Alternaria Leaf Blight of Parsley
Alternaria leaf blight was first found in Australia on parsley crops in Queensland and Victoria in 2005.
The disease is caused by the fungus Alternaria petroselini and commonly infects parsley overseas.
In Queensland, it caused significant damage to a single crop following extensive wet, humid weather.
In Victoria, the disease has been found only on one property, where it caused minor damage.
The disease is also known as leaf spot or scorch and can cause dark spots on leaves that may lead to leaf and petiole death.
Root and crown infections can cause damping-off of seedlings and chlorosis and collapse of older plants. Overseas, the disease typically occurs during or following wet winter weather.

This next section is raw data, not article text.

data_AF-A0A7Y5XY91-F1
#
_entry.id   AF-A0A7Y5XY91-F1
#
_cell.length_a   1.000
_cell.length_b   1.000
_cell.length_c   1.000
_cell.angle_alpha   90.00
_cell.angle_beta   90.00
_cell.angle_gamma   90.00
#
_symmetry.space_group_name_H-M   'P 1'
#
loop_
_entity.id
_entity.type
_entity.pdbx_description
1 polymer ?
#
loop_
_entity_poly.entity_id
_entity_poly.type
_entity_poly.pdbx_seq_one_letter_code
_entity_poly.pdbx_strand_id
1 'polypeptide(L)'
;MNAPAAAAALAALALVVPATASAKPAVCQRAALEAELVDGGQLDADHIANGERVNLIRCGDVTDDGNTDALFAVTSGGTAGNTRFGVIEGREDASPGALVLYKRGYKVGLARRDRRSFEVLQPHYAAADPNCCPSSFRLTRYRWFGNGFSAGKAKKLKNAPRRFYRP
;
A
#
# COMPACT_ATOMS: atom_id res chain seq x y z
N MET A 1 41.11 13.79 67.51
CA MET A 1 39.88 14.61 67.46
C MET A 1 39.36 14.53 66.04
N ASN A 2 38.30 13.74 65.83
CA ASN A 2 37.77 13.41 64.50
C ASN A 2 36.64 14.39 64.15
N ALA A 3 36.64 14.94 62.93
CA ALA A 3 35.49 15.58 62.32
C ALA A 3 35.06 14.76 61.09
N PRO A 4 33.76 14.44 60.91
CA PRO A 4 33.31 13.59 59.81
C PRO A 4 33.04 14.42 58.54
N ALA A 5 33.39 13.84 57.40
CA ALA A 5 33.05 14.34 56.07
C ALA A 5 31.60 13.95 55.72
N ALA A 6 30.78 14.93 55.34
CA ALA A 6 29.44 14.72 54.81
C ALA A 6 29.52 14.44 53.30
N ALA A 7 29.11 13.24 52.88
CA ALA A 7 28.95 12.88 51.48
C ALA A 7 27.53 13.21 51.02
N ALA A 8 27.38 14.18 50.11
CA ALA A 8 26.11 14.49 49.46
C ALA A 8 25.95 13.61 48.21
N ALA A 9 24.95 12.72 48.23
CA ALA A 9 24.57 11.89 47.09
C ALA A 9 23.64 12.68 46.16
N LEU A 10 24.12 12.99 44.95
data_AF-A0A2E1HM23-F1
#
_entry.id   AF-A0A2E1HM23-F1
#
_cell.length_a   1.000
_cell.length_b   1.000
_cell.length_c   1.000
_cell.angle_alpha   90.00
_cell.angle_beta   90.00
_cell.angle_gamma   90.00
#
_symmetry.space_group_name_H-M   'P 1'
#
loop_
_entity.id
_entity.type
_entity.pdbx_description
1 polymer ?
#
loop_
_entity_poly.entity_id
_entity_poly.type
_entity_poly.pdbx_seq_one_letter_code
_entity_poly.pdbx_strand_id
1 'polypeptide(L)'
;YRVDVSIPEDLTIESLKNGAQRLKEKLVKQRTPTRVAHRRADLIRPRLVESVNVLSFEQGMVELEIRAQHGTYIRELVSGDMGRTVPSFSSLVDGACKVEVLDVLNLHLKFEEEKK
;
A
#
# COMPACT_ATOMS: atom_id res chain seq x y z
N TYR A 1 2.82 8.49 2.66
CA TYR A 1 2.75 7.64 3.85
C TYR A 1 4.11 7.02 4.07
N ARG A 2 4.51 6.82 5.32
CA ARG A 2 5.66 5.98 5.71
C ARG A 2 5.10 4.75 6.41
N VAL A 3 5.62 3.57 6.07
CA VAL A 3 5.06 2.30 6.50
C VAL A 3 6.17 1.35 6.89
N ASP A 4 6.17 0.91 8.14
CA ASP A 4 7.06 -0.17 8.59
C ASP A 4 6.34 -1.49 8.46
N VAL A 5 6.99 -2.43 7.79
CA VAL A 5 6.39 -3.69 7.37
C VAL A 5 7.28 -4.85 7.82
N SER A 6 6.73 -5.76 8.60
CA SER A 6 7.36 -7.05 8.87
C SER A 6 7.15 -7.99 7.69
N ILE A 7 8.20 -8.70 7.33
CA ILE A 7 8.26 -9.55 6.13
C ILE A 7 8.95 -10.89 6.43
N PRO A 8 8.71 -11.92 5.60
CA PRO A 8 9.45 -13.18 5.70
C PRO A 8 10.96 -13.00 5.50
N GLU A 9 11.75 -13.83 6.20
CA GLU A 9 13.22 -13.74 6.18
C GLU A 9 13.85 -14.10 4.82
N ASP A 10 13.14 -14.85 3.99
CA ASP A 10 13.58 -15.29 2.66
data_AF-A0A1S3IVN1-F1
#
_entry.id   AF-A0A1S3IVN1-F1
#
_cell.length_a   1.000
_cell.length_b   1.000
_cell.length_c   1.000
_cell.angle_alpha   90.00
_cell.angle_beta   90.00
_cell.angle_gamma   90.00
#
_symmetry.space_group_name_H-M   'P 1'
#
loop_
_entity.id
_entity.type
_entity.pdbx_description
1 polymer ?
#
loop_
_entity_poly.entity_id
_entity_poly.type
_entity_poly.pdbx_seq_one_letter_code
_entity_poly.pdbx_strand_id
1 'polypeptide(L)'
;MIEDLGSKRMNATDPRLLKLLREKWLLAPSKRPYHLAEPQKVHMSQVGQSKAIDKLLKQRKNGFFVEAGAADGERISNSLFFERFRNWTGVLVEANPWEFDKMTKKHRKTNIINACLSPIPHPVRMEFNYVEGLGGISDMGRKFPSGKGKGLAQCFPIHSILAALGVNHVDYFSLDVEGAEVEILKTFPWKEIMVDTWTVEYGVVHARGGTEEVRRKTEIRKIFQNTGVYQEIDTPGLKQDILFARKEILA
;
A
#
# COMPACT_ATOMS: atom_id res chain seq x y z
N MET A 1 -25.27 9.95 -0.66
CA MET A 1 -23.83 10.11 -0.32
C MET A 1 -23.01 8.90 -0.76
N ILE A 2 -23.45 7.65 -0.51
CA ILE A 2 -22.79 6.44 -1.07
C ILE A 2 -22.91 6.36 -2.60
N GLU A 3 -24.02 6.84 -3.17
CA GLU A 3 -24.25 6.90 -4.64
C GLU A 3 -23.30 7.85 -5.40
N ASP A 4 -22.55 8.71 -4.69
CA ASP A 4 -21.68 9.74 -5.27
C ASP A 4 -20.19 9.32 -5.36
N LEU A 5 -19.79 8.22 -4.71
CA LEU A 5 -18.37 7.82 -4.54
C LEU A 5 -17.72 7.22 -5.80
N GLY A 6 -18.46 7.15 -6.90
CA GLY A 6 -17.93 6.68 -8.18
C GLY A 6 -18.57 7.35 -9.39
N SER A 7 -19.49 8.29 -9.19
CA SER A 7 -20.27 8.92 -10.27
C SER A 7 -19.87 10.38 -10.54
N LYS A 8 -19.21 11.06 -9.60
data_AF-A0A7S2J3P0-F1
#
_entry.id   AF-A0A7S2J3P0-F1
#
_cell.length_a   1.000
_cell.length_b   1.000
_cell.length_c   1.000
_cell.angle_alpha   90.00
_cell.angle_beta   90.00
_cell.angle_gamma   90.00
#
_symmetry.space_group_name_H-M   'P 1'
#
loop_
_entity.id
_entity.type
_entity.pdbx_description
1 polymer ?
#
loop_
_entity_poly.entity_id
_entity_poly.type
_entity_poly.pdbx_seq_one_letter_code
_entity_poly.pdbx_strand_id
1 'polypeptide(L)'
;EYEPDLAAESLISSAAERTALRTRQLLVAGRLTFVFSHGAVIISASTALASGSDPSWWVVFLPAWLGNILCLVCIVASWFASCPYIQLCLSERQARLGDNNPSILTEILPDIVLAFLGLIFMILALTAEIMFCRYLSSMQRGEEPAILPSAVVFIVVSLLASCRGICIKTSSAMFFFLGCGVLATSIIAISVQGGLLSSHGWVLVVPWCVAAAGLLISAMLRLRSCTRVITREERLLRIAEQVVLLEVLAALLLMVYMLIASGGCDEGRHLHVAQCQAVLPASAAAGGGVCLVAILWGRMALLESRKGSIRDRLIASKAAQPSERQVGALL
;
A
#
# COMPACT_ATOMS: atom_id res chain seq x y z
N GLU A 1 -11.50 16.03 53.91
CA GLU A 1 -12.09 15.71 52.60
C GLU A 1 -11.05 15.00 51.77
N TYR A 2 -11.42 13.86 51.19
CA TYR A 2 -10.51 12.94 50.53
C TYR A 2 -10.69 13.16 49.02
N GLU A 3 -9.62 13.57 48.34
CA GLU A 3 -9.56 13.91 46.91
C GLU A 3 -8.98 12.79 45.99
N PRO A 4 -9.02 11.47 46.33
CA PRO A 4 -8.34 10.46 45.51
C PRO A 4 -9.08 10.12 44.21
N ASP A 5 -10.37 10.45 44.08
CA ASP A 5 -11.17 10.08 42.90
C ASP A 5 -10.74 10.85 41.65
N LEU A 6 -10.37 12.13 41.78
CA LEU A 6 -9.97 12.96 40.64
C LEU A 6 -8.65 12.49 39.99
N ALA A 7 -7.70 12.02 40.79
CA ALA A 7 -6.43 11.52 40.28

The disease is seed-borne, so planting of infested seed causes the disease to spread to new production areas.
Since infested seed spreads the disease, control is primarily through planting high quality, pathogen-tested seed.
Fungicides may also assist in managing the disease; ask your chemical adviser for state regulations on approved products.
As the disease can also be soil-borne, rotation to non-umbelliferous crops for a period of 2-4 years is necessary to reduce carryover of the fungus to new parsley crops.
Alternaria leaf blight is unlikely to become a major issue for Victorian parsley producers except following heavy irrigation in hot weather.
To report suspected exotic or unusual pests or diseases, call the EXOTIC PLANT PEST HOTLINE 1800 084 881